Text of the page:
While we bring to light this dark side of the picture, we hope that you will not dwell upon it. We know that the world is full of darkness, temptation, deception, and all that is evil—evil because antagonistic to our hope and desire to be one with the Father; but it remains for us to hold closely to the original Christian principles, that is, consecration of our life to God and confiding trust in him, like the trust of a little child in the arms of its parent. It is this condition of mind that has preserved the church, notwithstanding its errors,

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its false doctrines. These principles have preserved its people through all the centuries down to the present. Because of their failure to maintain these principles the angel in the Revelation said to God's people:

"But I have this against thee, that thou didst leave thy first love. Remember therefore from whence thou art fallen, and repent, and do the first works; or else I come to thee, and will move thy candlestick out of its place, except thou repent." (Rev. ii. 4.)

Here we meet, not new doctrine, not new theories, but are brought back to the "rock of ages," to the foundation laid by the Christ 1900 years ago; "For other foundation can no man lay than that which is laid, which is Jesus Christ." (I. Cor. iii. 11.) He is the only door. On the contrary, instead of presenting new doctrine, we are obeying the injunction of the Spirit by the apostle: "Wherefore let us cease to speak of the first principles of Christ, and press on unto perfection." For, as the Christ said, "I have many things to say unto you, but ye cannot bear them now."

As the fulness of times has come and the souls of men have ripened and matured, the period when men are to come into the image and the likeness of God is at hand, and in order to bring about this image and likeness an advance in knowledge is necessary.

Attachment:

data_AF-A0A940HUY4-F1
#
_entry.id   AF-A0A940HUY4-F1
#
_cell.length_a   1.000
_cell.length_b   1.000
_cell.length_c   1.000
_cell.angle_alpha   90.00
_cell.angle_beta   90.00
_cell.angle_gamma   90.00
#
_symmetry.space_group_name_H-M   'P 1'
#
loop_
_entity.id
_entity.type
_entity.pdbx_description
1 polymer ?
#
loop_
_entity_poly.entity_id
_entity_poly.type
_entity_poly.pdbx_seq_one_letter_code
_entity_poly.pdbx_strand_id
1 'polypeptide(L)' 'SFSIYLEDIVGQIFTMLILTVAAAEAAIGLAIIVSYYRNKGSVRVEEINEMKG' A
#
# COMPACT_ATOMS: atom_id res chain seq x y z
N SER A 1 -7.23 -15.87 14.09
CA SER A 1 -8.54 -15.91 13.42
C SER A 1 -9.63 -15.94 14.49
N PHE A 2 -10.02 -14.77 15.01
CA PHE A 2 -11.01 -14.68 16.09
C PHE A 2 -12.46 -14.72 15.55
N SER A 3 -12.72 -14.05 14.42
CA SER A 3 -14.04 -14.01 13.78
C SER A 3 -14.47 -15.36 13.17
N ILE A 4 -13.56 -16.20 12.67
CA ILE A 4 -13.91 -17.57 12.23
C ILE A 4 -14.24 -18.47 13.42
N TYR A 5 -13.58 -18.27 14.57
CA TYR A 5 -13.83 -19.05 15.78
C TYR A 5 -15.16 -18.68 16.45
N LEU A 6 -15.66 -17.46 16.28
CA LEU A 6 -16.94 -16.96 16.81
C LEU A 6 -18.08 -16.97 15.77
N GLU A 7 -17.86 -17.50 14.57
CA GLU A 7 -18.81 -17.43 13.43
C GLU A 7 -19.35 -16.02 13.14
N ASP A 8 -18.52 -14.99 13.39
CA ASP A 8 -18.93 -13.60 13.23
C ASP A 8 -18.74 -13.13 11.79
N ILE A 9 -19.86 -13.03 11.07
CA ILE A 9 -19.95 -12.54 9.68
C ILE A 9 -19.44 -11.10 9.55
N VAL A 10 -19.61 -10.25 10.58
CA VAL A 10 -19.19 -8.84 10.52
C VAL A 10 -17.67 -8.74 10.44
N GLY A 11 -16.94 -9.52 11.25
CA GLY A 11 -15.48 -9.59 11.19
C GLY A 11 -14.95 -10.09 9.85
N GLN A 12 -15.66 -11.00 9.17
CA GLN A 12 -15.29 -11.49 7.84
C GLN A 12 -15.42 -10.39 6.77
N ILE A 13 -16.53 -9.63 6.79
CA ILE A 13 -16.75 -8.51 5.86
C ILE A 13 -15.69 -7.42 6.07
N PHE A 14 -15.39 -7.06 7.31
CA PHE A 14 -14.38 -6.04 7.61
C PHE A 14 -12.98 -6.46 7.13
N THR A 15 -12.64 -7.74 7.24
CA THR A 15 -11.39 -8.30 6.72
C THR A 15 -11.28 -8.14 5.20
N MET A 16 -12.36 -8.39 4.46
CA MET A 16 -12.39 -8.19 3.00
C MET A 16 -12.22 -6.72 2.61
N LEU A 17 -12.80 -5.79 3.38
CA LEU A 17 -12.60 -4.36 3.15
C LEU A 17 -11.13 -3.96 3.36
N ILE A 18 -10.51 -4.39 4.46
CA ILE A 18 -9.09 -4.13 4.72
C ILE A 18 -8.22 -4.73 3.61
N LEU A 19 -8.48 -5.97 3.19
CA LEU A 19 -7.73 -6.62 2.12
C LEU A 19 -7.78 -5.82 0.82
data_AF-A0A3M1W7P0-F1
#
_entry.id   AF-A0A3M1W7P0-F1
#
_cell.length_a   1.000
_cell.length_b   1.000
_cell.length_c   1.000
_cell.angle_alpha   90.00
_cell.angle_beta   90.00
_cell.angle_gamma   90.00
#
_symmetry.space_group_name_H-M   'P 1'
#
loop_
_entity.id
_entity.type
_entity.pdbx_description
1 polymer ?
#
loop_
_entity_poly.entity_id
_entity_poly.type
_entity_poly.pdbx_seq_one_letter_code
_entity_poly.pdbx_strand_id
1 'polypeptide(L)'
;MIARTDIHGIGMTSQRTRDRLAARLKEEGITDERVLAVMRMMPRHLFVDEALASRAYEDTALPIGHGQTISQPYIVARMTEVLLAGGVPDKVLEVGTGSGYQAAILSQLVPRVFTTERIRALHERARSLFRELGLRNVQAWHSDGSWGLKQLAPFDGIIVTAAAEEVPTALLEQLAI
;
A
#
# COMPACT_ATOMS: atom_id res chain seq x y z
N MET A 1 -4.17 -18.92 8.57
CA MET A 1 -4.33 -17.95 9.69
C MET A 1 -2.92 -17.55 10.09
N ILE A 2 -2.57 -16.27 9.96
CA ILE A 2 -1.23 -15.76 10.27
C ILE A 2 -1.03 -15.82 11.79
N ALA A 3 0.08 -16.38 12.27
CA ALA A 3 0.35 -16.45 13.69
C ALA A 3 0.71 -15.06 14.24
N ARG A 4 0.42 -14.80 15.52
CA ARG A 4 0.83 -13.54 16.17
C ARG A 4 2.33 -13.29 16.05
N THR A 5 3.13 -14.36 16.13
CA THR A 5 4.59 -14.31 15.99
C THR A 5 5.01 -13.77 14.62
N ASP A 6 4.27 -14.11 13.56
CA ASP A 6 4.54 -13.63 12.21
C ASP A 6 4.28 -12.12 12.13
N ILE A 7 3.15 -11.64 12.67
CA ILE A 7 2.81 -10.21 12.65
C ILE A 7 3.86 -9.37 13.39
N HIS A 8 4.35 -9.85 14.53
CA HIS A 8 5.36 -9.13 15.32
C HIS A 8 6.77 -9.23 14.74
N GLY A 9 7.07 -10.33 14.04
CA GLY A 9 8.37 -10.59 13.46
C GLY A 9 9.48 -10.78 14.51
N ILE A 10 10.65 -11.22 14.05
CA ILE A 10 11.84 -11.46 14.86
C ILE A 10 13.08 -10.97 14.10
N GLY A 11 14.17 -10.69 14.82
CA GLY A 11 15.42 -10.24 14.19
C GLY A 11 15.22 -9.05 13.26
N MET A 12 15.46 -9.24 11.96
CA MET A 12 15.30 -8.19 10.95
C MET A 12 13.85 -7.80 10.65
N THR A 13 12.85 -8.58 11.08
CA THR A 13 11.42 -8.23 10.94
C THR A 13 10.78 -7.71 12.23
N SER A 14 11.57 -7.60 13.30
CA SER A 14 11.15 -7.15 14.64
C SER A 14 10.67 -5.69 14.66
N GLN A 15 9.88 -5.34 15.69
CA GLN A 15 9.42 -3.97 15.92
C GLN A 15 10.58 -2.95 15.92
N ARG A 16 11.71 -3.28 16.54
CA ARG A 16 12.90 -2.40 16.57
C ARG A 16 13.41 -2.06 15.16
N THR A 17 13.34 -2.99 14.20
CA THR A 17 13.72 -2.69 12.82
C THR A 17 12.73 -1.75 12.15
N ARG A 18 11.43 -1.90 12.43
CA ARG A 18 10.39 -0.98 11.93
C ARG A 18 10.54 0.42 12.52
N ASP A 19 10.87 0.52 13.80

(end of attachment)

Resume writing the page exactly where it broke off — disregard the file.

To be told "plainly of the Father" and of his

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son—of the object of his coming and the methods by which we may come into unity, oneness, harmony, with him—is an absolute prerequisite. It is also just as necessary to expunge the errors from our thought and to realize that we have a loving, merciful and kind Father, who is our Father by virtue of creation, by virtue of regeneration and by virtue of having been begotten from above, so that it is possible for us to enter that bosom of love and to become partakers of that mind, wisdom, knowledge and power. Being partakers of him, of his great nature, our souls are fed with immortal food, and by that food they grow, unfold; and the consciousness of God the Father, daily becomes more vivid, the realization more perfect, which enables the soul to look up as a little child into the face of its loving mother or father, and to say, '"Our Father." If this work enables you to do this with a more vivid realization, it will have accomplished much.